A 69-year-old male patient presented to the hospital with a chief complaint of nasal obstruction. Physical examination revealed swelling of the anterior nasal septum and nasal dorsum and tender indurated oedema of the dorsum of both hands. Blood tests showed an elevated inflammatory response, and contrast-enhanced computed tomography (CT) showed a polycystic abscess in the nasal septum. Emergency surgery and histopathology were performed on the day of the initial visit for incisional drainage. Intraoperative findings showed white necrosis between the nasal septal cartilage and nasal septal mucosa, as well as white necrosis and pus accumulation in the periosteum and soft tissue of the piriform aperture and the nasal bone. The patient underwent endoscopic dissection and drained as much as possible, and the abscess and surrounding normal nasal septal mucosa were sampled for diagnostic purposes. The patient was diagnosed with vasculitis based on the clinical findings, pathological examination results, and blood test results. After the diagnosis was confirmed, steroid and cyclophosphamide pulse administration was initiated, and the swelling of the anterior nasal septum and nasal dorsum and the bilateral dorsal indentation oedema improved markedly. The patient is now doing well and will continue to be carefully monitored in the outpatient clinic.

1. Introduction

Granulomatosis with polyangiitis (GPA), formerly known as Wegener’s granulomatosis, is a systemic refractory vasculitis that presents with necrotising granulomatous inflammation in the upper respiratory tract and lungs, necrotising glomerulonephritis in the kidney, and necrotising vasculitis of medium and small arteries throughout the body. GPA is a systemic refractory vasculitis. Although the prognosis of this disease is poor, early diagnosis and therapeutic intervention have led to the remission of the disease in an increasing number of cases. Physical examination is important in the diagnosis of granulomatosis polyangiitis. Upper respiratory tract symptoms are often reported as saddle nose and perforation of the nasal septum, and only one case of the nasal septal abscess has been reported as an upper respiratory tract symptom.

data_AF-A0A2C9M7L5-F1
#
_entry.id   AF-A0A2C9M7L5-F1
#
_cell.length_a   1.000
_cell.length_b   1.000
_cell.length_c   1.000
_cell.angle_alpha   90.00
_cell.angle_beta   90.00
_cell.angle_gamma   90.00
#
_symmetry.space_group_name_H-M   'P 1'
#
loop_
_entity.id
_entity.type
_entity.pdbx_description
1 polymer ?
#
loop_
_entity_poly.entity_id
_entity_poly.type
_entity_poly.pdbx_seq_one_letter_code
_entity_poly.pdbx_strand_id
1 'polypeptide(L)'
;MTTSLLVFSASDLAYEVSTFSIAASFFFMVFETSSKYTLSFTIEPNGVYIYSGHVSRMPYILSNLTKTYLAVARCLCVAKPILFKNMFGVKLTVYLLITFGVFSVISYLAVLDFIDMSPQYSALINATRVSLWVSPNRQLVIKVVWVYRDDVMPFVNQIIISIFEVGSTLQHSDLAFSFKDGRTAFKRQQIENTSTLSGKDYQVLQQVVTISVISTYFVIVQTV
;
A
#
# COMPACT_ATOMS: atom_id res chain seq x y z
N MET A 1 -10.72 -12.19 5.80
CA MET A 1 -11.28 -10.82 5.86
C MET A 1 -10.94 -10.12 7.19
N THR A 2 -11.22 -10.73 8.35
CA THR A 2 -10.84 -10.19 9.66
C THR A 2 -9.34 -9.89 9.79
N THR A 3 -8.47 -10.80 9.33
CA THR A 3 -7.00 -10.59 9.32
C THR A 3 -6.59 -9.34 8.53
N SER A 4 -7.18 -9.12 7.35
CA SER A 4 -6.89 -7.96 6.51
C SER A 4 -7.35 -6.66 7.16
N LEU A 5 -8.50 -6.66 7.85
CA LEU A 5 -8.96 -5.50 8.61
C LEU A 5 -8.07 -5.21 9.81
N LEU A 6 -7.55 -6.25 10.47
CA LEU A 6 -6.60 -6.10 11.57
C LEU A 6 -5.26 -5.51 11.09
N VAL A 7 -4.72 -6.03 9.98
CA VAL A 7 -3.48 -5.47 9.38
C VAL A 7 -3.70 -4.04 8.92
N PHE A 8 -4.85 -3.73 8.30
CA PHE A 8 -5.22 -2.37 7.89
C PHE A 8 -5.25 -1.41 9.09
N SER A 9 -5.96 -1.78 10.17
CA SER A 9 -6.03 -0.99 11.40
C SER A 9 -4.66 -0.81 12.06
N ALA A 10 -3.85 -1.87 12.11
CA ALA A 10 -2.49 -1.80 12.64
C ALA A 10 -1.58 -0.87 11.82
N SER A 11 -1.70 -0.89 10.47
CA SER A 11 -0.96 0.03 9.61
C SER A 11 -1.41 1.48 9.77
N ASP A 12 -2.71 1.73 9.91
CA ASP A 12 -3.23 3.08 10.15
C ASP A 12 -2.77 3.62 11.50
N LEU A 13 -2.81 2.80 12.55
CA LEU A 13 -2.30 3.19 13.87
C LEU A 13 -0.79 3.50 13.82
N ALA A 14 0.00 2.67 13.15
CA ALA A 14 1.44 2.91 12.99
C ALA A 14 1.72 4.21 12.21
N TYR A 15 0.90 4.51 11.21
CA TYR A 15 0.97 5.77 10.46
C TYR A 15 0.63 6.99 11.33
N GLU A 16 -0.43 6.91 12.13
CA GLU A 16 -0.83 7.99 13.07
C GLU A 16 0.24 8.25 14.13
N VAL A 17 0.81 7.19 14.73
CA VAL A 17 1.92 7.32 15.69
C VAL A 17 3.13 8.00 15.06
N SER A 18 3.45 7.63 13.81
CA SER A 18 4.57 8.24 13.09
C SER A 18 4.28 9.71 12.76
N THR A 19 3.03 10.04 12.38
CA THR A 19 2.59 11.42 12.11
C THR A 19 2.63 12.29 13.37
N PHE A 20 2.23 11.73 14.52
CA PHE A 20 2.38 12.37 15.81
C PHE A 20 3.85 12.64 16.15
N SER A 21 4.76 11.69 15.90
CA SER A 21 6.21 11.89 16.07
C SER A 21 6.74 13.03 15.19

Herein, we describe a case of GPA with the nasal septal abscess that resulted in a visit to our department. Since upper respiratory tract symptoms account for 70%–100% of all cases of GPA, a patient will likely visit an otorhinolaryngologist for the first time. The nasal cavity and paranasal sinuses are the most common sites involved in the head and neck region (85%–100%), but ear symptoms may develop initially in approximately 35% of cases, as discussed by Greco [1].

Otolaryngologists need to be aware of GPA, which often develops due to upper respiratory tract symptoms. However, the actual diagnosis is not easy because lesions confined to the upper respiratory tract alone often do not present with symptoms and findings typical of GPA.

There have been many reports of nasal involvement due to GPA, such as thickening of the mucosa of the nasal septum [2], perforation of the nasal septum [3], saddle nose due to nasal bone destruction [4], and chronic dacryocystitis and nasolacrimal duct stenosis [5]. However, there have been few reports of nasal septal abscesses, such as in our case. Moreover, there are few reports of nasal septal abscesses, and only two cases, including an autopsy, have been reported.

2. Case Report/Case Presentation

A 69-year-old male patient presented to the outpatient clinic of the Department of Otorhinolaryngology with a chief complaint of nasal obstruction persisting for 4 months. He had a history of diabetes mellitus and no history of rheumatoid arthritis.

Physical examination revealed swelling of the anterior nasal septum and dorsum of the nose (Figures 1(a)-1(b)).

Blood tests showed that the white blood cell count was elevated to 15.8 × 103, and C-reactive protein had increased to 11.76. Meanwhile, the creatinine level was in the normal range, and there were no proteinuria, haematuria, or rheumatological problems. Chest computed tomography (CT) also showed no abnormality. Contrast-enhanced CT showed multiple abscesses in the nasal septum (Figures 2(a)-2(b)).